2) The second was a lady who runs an Instagram account through which she gives ‘free training programmes’. We checked out what she does and came to the decision that she’s not making a living out of this. And so I am classifying her as a ‘volunteer’. But her actions need to be curtailed because regular postings promoting her services (even though they are free) would upset the balance of the discussion dynamic already established.
Actions to mitigate impact
We messaged the Instagram lady privately, explaining she can publish her stuff on the website via an existing ‘submit post’ feature where community notices are published. This is important because although it publishes to the blog, it is set up to avoid getting into the newsletter, the Facebook page and other communications channels. She does get indexed by the SEO spiders, gets link backs, but does not get referenced or categorised in the archive.
3) By contrast, the third type of pitch was a post by a commercial sports professional trainer. When we reviewed it, we found it is definitely a paid promotion designed to recruit readers from the client’s Facebook group into HER email list and commercial program.
Actions to Arrest Unwanted Activity
First I turned off comments on this post. Nobody can add to them, and this helps prevent Facebook showing it in feed updates. We also removed all her replies in the comments because they linked to her programme over and over again.
Then we wrote to her privately asking her to get in touch by email so she can pay to promote her products on our platforms, along with other commercial retailers (the website is advertising supported). I am waiting to see what her reply to this Facebook message will be – if she’s contrite and apologetic, I’ll leave her post published; if she takes no action to reply or is aggressive and rude, I’ll delete it and block her from the group.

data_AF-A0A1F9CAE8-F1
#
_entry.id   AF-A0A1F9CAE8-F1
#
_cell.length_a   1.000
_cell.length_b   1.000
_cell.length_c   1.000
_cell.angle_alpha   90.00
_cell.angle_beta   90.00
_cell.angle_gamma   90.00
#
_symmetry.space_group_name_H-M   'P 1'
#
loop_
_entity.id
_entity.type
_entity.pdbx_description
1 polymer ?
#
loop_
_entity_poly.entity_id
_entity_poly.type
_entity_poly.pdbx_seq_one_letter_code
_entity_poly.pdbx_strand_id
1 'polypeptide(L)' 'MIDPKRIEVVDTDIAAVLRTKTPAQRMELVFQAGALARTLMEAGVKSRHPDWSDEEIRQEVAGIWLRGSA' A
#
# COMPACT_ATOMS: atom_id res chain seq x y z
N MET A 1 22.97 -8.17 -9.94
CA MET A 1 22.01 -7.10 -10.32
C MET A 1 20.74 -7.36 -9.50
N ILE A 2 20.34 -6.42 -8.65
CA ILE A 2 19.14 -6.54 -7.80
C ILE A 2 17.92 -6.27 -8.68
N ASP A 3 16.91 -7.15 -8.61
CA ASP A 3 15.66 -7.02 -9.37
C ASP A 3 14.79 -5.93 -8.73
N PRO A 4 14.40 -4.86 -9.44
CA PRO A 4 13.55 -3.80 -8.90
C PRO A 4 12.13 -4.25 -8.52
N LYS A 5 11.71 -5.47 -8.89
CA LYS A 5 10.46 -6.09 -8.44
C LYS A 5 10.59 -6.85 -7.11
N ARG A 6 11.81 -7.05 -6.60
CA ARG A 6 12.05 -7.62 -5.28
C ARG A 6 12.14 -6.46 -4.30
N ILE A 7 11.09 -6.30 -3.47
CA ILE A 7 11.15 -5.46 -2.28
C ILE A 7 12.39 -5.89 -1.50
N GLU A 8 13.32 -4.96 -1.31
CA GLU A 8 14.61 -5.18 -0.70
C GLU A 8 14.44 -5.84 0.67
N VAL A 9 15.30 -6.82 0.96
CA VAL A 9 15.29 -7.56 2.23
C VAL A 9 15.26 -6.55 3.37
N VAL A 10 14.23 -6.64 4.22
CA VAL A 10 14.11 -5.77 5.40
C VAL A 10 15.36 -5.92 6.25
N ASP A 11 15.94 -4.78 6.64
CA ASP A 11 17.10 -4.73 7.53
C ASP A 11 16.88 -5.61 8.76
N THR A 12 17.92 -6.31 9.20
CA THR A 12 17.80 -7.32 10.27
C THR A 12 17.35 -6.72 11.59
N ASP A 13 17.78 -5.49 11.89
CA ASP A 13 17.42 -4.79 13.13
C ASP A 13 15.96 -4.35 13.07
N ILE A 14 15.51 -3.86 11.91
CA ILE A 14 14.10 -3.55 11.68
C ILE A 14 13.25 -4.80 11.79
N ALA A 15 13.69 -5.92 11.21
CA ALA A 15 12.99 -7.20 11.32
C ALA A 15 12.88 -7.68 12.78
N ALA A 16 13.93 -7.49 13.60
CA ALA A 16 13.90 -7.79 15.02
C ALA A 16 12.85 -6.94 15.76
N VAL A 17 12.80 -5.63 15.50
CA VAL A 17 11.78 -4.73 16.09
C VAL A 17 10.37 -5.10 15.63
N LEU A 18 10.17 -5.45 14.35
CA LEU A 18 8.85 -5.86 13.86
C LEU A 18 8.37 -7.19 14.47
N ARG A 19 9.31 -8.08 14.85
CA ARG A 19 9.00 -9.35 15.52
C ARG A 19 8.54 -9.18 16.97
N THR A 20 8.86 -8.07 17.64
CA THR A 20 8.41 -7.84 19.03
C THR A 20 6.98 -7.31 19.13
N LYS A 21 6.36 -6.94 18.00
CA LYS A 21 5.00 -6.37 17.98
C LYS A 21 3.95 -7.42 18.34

Behavioural boundaries are yours to define
The underlying logic is that commercial enterprises pay, and volunteers can get access as part of the goodwill of the group. The commercial publicist had made no effort to engage and join in the group discussion – she just joined, dove in and started selling. That’s not how this group rolls.
Making the rules for the group is part of good practice in community management. You can publicise these with a pinned post, or a message to new members explaining what is and is not acceptable.
Enforcing the boundaries will help you to create the group and community YOU want. Know what actions you will take if the boundaries are crossed and also understand how to take discussions into a private space – you don’t want to have a public argument while you try to explain your motives. And you don’t even need to explain them, only the acceptable behaviours.
http://creativeagencysecrets.com/wp-content/uploads/2017/09/Facebook-Groups.png650664Rebecca Caroehttp://creativeagencysecrets.com/wp-content/uploads/2014/04/CAS_Logo_1line_RGB.jpgRebecca Caroe2017-08-29 10:00:002017-08-29 12:54:56YIKES! My Facebook Group Got Hijacked by Competitors